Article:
According to a snide John Harwood, Republicans lack the “maturity” to govern, handle taxes and raise the debt ceiling. The CNBC editor appeared on MSNBC, Friday, to complain about Trump and the GOP: “This is the kind of thing that ought to be easy but what we've seen in the last few years is that the Republican Party has not shown the maturity to govern effectively in a consistent way.”
On the subject of Hurricane Harvey funding, Harwood mocked, “That is a baseline expectation. But this is a party that has shown that it can sometimes not do the most basic things in governing.”
On the subject of a potential government shutdown, he lectured, “What you have within the Republican Party is a group of members who have a history of making demands that are not commensurate with either the power they hold or what public opinion will sustain.”
Harwood is hardly an objective observer. During the presidential campaign he famously offered this question to Trump:
“Mr. Trump, you’ve done very well in this campaign so far by promising to build a wall and make another country pay for it; send 11 million people out of the country; cut taxes $10 trillion without increasing the deficit; and make Americans better off because your greatness would replace the stupidity and incompetence of others. Let’s be honest. Is this a comic book version of a presidential campaign?”
— CNBC’s chief Washington correspondent John Harwood question to Donald Trump at the CNBC Republican debate, October 28, 2015.
A partial transcript is below:
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STEPHANIE RUHLE: CNBC’s editor-at-large John Harwood joins us now. John, is Harvey going to unite lawmakers? I mean, we're looking at the potential showdown next week. But, God, look at the tragedy that is Houston, you'd like to think the government could get together here.
JOHN HARWOOD (CNBC editor): You would. And, Stephanie, this is the kind of thing that ought to be easy but what we've seen in the last few years is that the Republican Party has not shown the maturity to govern effectively in a consistent way. We've seen that from what they did on the debt limit in the past after taking over the House, the difficulties in keeping the government open and yes, they should do this. I had an interview yesterday with Al Franken, the Democratic senator from Minnesota. He said, “We're going to get the Harvey relief done.” So that is a baseline expectation. But this is a party that has shown that it can sometimes not do the most basic things in governing.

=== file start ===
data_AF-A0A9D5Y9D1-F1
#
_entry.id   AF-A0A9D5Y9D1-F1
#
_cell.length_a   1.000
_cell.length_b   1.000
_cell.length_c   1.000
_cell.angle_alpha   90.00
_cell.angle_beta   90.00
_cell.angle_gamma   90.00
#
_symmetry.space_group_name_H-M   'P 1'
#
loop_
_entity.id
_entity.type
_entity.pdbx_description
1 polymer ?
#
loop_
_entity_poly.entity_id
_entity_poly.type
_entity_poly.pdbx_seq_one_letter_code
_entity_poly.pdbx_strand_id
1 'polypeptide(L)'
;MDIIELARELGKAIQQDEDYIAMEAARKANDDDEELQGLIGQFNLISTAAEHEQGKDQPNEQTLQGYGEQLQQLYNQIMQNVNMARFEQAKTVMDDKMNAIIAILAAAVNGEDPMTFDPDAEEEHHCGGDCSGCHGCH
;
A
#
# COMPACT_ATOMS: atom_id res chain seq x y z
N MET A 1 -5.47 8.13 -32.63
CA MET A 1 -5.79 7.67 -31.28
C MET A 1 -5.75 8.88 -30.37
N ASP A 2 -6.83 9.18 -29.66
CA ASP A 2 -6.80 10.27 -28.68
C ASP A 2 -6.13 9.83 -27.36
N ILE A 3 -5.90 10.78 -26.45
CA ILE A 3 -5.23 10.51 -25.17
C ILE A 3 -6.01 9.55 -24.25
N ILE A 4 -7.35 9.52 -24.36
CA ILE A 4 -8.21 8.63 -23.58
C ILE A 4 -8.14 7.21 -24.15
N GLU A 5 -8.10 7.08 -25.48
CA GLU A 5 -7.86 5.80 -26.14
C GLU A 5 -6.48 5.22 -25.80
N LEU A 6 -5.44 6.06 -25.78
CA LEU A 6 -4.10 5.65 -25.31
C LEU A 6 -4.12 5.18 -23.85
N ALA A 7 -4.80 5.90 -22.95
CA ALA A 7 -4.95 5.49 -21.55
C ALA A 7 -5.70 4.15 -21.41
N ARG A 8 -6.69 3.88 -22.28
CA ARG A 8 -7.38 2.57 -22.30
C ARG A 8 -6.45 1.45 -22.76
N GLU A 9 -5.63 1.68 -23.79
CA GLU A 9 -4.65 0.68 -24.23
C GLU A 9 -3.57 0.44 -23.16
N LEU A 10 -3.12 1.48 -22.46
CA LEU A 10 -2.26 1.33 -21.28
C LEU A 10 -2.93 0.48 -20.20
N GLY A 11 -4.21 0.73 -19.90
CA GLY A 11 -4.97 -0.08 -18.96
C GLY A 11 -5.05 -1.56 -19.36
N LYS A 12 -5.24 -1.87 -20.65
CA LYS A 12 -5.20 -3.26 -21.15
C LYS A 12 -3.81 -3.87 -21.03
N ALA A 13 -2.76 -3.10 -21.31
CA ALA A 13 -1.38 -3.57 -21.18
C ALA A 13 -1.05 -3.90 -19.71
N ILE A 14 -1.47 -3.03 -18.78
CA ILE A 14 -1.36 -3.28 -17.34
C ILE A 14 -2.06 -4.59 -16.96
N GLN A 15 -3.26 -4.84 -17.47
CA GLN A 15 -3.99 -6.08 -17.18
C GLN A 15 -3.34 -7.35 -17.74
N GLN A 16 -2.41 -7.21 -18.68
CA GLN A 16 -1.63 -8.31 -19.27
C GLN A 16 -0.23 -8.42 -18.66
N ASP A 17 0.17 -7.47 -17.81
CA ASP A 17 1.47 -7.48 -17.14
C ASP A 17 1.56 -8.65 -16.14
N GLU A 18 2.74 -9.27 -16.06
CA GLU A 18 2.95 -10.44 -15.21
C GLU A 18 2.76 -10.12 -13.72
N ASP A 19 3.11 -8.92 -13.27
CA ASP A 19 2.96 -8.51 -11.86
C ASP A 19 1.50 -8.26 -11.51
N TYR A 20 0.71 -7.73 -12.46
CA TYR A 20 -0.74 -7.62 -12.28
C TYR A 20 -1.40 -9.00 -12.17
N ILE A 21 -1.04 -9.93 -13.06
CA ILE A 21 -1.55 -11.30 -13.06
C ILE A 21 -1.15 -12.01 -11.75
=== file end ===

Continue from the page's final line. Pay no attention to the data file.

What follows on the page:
HARWOOD: The wall is not going to get funded in a substantial way. It wasn't even before this happened but now it's definitely not because so much money is going to have to go to Harvey relief. There is the potential for a shutdown. There is a potential, I know you said you think they are going to raise the debt limit, That certainly ought to be something they do but it's not clear they can do that. What you have within the Republican Party is a group of members who have a history of making demands that are not commensurate with either the power they hold or what public opinion will sustain.
HARWOOD: You know, tax reform — It's possible a well designed tax reform could assist economic growth. And every American should hope they could come up with that. What we've seen, however, is that the reform part of tax reform is getting tossed overboard because that involves doing something difficult, which is causing some people to pay more in order to bring the rates down. They have not shown an ability. That's part of what I said about the maturity that you need as a governing party. You've got to address tradeoffs in legislation to try to achieve the greater good. And they haven't shown the ability to do that.